4FRNT Team Rider Luke Stevens was born in Calgary, Alberta and now resides in Revelstoke, British Columbia. Luke is a semi professional mountain biker and ACMG apprentice mountain guide. He loves sharing the big mountain experience with people and spends his winters working for different guiding operations throughout British Columbia. Luke hopes to one day combine his passion for mountain biking and skiing with his professional training in guiding in order to start his own guiding business. Give him a follow on Instagram and check out his bio on our Team Page.
"The window for riding our bikes in these zones comes and goes quicker then a beer in the parking lot after a pow day."
All Photos: Jordan Boratynec
"The high alpine bike riding season in my neck of the woods is something to be appreciated and cherished. The window for riding our bikes in these zones comes and goes quicker then a beer in the parking lot after a pow day. By the time the snow melts up high we typically only have about a month or so before the next round of snow begins return and blanket these zones with a fresh coat of white. Although fall comes and goes quickly here in British Columbia, it is the best season for bike riding. With cooler temps and excellent trail condition we milk everyday for all we can, riding from sun up until it becomes to dark to see the trail."
"As we rip down these ridges and open faces on our bikes, it is impossible not to daydream about the turns we will soon be making on our skis."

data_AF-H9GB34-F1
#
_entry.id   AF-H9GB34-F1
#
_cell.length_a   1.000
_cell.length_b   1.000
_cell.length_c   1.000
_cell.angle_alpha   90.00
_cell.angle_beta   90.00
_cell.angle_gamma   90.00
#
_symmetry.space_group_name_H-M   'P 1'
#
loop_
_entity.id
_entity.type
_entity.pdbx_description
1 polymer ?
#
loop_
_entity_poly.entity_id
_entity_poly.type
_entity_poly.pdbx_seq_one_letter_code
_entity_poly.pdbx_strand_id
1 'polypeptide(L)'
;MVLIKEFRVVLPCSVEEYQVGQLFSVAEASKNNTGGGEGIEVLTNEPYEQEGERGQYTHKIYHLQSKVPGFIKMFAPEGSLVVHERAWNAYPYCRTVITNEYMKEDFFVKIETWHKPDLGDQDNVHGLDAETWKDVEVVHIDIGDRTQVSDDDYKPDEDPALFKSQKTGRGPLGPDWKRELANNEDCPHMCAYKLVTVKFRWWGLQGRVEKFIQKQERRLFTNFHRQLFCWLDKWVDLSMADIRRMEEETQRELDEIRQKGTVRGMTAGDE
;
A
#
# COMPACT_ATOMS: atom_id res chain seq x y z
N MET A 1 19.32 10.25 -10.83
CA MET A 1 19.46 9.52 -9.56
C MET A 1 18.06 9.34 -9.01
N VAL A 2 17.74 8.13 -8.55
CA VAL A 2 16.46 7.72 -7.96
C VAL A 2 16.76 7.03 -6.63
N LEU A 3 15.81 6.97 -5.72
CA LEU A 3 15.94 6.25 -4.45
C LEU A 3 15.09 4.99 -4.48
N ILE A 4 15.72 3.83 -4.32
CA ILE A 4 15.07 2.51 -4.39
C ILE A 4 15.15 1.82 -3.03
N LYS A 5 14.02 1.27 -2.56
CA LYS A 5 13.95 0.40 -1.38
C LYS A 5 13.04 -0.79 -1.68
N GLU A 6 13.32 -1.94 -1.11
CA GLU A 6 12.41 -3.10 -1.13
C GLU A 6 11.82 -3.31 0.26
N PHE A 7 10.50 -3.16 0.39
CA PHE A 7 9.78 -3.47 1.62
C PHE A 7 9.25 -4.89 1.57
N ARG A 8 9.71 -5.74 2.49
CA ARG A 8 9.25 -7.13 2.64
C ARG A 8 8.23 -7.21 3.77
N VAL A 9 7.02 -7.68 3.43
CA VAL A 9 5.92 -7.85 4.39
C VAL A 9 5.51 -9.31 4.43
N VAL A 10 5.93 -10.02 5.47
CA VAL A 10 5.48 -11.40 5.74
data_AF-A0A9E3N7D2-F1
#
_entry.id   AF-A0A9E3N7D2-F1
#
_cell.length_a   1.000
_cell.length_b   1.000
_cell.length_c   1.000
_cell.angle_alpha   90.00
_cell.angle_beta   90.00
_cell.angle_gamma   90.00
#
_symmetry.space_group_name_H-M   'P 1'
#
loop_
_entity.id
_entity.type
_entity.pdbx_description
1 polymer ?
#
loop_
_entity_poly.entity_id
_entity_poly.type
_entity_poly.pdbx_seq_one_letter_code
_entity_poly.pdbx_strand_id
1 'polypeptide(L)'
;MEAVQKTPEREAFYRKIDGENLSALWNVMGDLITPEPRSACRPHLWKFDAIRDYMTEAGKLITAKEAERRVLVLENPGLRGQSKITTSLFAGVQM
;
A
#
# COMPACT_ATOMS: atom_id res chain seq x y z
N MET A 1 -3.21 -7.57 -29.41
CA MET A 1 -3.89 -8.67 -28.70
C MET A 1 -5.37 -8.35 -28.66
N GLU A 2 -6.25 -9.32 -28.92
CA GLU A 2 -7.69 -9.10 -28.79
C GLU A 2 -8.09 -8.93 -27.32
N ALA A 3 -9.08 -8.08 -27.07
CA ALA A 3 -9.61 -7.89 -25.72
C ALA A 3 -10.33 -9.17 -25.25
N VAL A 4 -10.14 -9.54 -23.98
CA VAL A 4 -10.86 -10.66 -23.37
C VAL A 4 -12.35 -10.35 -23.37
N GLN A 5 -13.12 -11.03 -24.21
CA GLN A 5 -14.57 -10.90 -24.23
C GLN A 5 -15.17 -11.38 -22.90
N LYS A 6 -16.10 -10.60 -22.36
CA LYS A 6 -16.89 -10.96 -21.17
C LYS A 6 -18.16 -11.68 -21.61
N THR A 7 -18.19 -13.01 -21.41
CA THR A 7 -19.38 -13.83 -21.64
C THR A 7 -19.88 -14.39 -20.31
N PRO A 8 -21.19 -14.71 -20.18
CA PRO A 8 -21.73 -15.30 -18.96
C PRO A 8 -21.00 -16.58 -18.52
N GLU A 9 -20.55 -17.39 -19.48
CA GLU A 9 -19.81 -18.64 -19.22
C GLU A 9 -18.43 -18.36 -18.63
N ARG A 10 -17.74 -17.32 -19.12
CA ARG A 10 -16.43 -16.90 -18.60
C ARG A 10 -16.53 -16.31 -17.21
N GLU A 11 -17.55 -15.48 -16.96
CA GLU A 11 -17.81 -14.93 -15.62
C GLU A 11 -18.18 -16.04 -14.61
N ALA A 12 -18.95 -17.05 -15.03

"The Purcell Mountains, located in southeastern British Columbia and the home of Kicking Horse Resort, are known for their fine scree deposits. Scree is a collection of broken rock that has fallen from surrounding cliffs and creates an extremely unique surface for riding bikes. Because it's so loose and slick you can carve lines down these faces much like you do when you're skiing. To me, this is the best kind of riding. Although mountain biking and skiing have many parallels, freeriding these scree feels is as close to shredding down big faces in the winter as I get in the offseason. These freeride zones create a sense of exploration, which is my favorite aspect of big mountain skiing and a feeling that is sometimes hard to replicate when riding trail networks on my bike."
"This ride is one of the last rides we snuck in before winter returned to the upper elevations. Working the ridge lines, we traversed our way across old roads and goat paths to find open faces to freeride. This ride is especially unique because this ridge borders the big glaciated mountains you see in the background. As we rip down these ridges and open faces on our bikes, it is impossible not to daydream about the turns we will soon be making on our skis. In fact in only a few months we will be skinning and skiing these same faces and ridges, soaking in our surroundings, and continuing the cycle of basking in the glory of the Purcell Mountains." -Luke Stevens